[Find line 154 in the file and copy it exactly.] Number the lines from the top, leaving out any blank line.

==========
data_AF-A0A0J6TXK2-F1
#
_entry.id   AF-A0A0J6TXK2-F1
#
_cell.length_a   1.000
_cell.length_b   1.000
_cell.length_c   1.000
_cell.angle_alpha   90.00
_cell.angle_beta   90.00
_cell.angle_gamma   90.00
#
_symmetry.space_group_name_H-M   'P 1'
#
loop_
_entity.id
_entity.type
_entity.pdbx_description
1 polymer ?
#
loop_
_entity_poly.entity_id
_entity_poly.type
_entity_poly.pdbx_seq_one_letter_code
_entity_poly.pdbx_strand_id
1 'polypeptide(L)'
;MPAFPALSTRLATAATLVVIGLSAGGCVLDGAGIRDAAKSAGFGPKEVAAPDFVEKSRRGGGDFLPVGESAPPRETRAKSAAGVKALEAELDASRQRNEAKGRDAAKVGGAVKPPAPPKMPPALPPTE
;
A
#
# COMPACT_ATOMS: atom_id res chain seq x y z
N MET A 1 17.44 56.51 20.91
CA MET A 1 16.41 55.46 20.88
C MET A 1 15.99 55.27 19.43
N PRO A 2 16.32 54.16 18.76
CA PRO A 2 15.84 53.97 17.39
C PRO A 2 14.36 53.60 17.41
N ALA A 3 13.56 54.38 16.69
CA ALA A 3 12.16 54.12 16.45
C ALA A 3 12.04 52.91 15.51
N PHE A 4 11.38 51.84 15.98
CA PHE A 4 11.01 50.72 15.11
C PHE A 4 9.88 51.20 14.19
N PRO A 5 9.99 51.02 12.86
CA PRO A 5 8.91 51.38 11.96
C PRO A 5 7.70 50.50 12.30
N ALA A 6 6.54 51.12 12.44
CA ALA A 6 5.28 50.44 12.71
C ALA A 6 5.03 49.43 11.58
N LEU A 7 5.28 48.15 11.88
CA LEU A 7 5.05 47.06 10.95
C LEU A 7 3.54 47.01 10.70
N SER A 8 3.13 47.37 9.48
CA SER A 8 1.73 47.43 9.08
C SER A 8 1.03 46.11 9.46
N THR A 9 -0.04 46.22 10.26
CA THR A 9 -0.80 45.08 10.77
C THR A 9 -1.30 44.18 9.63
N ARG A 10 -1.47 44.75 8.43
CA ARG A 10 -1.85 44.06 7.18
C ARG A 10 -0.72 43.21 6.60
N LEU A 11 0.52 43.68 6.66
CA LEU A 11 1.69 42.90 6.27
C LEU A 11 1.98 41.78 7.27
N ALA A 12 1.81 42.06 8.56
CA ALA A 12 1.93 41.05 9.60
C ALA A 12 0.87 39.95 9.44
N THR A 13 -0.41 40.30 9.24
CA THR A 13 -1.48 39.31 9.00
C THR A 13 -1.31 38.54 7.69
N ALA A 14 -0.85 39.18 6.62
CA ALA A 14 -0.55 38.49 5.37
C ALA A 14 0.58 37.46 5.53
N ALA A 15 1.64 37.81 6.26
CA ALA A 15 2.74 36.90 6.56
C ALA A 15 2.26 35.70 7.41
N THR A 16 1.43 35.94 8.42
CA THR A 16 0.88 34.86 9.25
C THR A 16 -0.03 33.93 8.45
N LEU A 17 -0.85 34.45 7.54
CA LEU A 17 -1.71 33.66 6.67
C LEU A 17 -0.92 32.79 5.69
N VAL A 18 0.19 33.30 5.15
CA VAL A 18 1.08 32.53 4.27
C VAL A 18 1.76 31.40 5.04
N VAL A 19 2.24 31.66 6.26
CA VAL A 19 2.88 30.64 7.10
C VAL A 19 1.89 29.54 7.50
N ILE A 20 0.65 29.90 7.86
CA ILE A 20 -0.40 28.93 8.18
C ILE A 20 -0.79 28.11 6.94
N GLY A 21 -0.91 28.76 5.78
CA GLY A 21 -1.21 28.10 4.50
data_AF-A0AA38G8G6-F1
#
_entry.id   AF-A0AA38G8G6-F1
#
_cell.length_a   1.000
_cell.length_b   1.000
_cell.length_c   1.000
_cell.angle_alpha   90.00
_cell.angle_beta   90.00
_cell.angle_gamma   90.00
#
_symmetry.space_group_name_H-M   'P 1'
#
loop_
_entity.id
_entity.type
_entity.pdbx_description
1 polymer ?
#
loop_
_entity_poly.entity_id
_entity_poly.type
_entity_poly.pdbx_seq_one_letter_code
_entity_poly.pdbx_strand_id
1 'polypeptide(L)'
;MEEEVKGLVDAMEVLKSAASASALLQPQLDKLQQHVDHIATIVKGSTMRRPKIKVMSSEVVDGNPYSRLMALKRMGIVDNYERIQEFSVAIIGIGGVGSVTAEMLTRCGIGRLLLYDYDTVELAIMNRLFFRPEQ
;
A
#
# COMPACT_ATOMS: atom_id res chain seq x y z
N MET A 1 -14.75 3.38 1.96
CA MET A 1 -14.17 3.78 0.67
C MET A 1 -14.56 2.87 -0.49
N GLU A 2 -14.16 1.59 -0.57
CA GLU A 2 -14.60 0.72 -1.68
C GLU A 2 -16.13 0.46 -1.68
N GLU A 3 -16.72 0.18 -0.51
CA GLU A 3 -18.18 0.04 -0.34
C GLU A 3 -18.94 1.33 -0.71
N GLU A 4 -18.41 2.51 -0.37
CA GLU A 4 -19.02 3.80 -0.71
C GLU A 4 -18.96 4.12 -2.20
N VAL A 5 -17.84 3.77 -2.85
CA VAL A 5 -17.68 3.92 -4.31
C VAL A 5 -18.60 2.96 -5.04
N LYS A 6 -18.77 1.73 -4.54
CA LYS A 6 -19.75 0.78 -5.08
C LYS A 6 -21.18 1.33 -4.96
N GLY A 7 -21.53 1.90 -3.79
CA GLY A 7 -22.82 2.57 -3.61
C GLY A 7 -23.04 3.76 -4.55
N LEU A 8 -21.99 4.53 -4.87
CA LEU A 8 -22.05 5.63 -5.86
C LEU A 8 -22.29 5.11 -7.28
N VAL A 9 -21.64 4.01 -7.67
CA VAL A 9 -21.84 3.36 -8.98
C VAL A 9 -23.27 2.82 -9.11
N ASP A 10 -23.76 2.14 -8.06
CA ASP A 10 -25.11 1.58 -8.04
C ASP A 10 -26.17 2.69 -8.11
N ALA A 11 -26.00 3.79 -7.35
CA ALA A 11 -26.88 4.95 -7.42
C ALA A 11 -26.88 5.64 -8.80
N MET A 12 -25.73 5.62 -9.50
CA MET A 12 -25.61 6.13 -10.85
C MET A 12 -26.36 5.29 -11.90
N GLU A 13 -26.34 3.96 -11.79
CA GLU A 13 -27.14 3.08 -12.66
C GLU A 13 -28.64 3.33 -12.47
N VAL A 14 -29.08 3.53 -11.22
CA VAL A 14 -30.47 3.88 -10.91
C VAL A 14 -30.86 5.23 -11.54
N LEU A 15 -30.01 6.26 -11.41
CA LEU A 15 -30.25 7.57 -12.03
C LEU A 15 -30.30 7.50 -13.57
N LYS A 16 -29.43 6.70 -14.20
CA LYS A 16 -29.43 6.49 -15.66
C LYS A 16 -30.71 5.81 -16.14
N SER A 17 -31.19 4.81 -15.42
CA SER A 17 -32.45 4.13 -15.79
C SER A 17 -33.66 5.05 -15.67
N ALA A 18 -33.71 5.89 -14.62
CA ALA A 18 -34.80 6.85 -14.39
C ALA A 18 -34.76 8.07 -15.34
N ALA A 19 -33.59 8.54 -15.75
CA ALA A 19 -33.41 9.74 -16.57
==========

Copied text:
CA ALA A 11 -26.88 4.95 -7.42